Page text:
“The attributes of liminality are necessarily ambiguous…neither here nor there; betwixt and between.”Victor Turner
This is a quote from anthropologist Victor Turner, the author of the seminal work Betwixt and Between (1967). As we emerge from the midst of the pandemic, his work seems resonant. As a veterinarian, you may feel ‘neither here nor there’, somewhere ‘betwixt and between’, working in your practice but not as you know it. You may have a vastly reduced or dramatically changed work load or pattern, and clients are almost angry with worry on the one hand and those that have completely fallen off the radar on the other. You may even feel vulnerable in your job security.
What can you do to transition out of the lockdown period successfully (if, indeed, we are even out of it)?
Believe it or not, our lives are defined by the transitions, and true success stems from how you can handle these transitions: when you started vet school, when you graduated from vet school, when you decided to specialise, when you became a veterinary leader, and so on. However, the current transitional period we find ourselves in – the pandemic – was not planned. In the face of such an event, you might begin to feel helpless. Particularly as it seems not to have a clear end in sight.
Bruce Feiler, author of Life is in the Transitions, eloquently explains that whilst we have agency over 47% of the changes that occur in our lives (we decide to take that new veterinary job), 53% of changes are totally involuntary and life decides to throw us a curveball (take this pandemic, for example). Undeniably, we must all encounter transitions in life, and are all going through one right now.
In the following, we go through three methods of dealing with a transitional period that will help you turn chaos and fear into growth, creativity and renewal:
Reach out to your network
Keeping up the communication is vital in any transitional period in your life, and especially as we emerge out of lockdown. If you are a practice owner or team leader, ensure you have clear communication channels where all staff can voice their concerns and you can effectively convey any new measures that will be in place. Similarly, if you are a vet, make sure you raise any anxieties with your manager, whether this be over PPE, issues with childcare, or changes to work practice.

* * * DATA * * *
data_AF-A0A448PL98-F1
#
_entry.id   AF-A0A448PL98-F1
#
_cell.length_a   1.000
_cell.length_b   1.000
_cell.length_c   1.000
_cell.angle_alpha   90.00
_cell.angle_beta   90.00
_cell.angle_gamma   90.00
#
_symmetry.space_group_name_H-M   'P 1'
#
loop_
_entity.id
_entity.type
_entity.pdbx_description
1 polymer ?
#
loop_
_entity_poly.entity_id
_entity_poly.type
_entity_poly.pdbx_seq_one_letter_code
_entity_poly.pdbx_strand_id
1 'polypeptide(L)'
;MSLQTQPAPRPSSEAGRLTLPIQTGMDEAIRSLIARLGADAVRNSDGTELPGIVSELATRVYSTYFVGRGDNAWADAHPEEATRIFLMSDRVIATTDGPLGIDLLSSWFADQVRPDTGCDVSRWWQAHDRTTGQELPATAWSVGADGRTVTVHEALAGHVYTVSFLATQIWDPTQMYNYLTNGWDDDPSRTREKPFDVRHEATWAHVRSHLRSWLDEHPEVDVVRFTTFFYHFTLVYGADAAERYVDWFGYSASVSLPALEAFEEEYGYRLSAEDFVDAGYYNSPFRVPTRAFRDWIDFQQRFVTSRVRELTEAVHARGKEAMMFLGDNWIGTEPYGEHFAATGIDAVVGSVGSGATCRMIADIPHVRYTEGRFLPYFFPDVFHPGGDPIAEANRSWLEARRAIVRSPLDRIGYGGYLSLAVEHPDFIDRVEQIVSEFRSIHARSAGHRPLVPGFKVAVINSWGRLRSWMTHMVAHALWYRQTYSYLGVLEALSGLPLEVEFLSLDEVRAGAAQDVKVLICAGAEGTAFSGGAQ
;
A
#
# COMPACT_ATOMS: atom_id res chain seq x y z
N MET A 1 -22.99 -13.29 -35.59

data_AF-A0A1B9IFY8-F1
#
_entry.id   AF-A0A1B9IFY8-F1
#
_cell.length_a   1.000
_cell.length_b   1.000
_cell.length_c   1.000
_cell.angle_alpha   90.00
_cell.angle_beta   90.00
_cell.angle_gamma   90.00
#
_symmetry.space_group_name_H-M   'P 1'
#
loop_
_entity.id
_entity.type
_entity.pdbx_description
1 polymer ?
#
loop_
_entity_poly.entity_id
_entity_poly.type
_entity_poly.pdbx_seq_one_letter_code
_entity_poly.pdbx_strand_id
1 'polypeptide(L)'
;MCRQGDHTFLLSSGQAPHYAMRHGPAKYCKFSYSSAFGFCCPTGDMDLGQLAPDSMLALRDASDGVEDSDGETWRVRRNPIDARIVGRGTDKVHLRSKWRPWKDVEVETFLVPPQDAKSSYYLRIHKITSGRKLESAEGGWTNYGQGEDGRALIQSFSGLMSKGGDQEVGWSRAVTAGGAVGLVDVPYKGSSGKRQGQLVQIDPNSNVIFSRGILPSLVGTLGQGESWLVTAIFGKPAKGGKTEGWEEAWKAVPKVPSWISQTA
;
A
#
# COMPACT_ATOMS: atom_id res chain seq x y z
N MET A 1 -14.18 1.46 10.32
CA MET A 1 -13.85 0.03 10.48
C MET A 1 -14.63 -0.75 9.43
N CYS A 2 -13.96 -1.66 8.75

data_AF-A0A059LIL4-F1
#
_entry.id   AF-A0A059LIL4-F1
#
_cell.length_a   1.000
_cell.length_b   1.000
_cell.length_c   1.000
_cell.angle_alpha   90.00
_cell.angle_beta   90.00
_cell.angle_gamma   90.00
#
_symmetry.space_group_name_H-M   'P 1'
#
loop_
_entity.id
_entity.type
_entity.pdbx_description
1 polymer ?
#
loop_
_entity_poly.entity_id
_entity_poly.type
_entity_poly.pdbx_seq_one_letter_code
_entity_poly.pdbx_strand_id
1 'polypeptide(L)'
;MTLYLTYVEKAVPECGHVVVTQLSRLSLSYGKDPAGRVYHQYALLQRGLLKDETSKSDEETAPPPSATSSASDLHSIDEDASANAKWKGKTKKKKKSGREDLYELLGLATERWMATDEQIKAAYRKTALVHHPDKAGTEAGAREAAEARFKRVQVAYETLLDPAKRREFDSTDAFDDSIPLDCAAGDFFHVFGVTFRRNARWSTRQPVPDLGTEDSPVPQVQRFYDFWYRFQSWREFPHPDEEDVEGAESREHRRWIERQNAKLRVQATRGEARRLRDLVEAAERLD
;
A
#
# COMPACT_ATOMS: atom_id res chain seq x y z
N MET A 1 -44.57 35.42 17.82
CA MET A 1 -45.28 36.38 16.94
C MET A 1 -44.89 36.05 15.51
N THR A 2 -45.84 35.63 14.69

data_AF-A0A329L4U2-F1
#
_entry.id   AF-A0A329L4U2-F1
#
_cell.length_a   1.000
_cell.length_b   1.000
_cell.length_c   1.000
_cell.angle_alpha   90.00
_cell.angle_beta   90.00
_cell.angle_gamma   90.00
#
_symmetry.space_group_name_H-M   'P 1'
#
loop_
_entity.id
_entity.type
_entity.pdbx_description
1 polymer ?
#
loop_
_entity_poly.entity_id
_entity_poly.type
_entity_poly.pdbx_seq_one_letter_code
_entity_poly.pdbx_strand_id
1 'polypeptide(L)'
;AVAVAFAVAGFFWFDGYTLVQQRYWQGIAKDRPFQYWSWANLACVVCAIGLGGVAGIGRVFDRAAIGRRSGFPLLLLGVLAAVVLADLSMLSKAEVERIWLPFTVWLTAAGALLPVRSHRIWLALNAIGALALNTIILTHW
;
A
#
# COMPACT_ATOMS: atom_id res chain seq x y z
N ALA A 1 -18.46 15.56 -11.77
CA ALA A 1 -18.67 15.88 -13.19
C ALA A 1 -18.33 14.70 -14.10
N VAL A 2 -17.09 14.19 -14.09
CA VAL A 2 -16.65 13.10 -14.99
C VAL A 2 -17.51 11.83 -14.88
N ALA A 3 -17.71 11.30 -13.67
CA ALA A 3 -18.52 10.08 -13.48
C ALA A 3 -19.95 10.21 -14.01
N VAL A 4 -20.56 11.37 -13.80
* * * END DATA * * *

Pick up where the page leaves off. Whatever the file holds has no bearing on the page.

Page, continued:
Emerging out of lockdown is a ‘collective transition’, meaning that we are all going through the same thing. Reaching out to the veterinary community is the best form of support you can get, where experiences and solutions can be shared.
Consider joining the VetX online community.
If you are a veterinary leader, you may consider giving something back to the profession during this transitional period by becoming a mentor. New vets are entering a stressful job at one of the most stressful times. If you have the time and capacity, becoming a mentor is an incredibly valuable way of supporting new vets during this time.
Retell your Story
We are led to believe that life should be a continuous linear progression: we will go to vet school, become a successful vet, and then become a successful leader. However, modern life is distinctly non-linear, and will involve many more transitions than the idealised trajectory we have in our heads. Often, we will need to take a step backwards or will find ourselves on paths we didn’t initially expect. Learn to retell your story, and accept that progression is not linear. Your life is better thought of as chapters than one single narrative.
Indeed, modern life has witnessed the rise of the portfolio career, showing that progression is no longer one-dimensional. This is easier said than done, but don’t beat yourself up if you aren’t ‘progressing’ right now.
Work on your Non-clinical Skills
If you are feeling motivated, embrace this period of transition to work on your own personal development. This will help you to build resilience before we return to a new ‘normal’ and is a chance to complete those training courses you’ve been putting off.
If there is something you know you need to improve, such as client communication skills, now is the time to tackle it. This will ensure you enter the next chapter with a sense of renewal, rather than falling back into old habits.
At the same time, dealing with stressed out clients and treating essential cases during this period can be taxing. Make sure you take the time to practice self care. Remember, self care is not about indulgence, but building resilience so you can enter the veterinary practice with vitality. Simple things like staying hydrated, eating healthily, getting at least seven hours of sleep per night and meditation are sure fire ways to build resilience.
Let us know what your transition out of lockdown looks like – is your practice in full or partial operation at the moment? How are you coping during this period? Have you taken up any new skills? Join the VetX network here.
Running a veterinary practice can be tough – trust us, we know.
But how can you take the drama out of veterinary practice life, and become the leader you want to be?
In this 60-minute veterinary leadership masterclass, Dr Dave uses his 20 years of experience to help you avoid the common errors veterinary leaders make.
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